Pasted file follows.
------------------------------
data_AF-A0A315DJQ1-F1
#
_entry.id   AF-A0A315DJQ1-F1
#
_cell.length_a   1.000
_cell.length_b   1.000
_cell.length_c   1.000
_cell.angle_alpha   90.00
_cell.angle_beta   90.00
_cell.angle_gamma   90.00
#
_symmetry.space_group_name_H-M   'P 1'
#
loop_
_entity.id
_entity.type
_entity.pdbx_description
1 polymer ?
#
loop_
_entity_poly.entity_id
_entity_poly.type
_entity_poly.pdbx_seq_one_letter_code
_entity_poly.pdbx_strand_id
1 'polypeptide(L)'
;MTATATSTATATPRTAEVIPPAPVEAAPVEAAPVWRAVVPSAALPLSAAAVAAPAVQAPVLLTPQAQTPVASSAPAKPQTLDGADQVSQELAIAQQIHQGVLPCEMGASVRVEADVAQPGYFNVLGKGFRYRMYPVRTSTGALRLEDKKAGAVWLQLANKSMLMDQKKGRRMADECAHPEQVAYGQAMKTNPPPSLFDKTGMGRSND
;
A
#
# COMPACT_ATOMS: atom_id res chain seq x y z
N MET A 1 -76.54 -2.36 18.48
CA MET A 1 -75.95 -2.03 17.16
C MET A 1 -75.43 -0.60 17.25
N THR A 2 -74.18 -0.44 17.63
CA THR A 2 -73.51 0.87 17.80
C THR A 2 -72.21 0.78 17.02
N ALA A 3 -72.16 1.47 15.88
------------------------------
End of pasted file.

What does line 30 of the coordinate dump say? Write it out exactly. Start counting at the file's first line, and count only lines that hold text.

# COMPACT_ATOMS: atom_id res chain seq x y z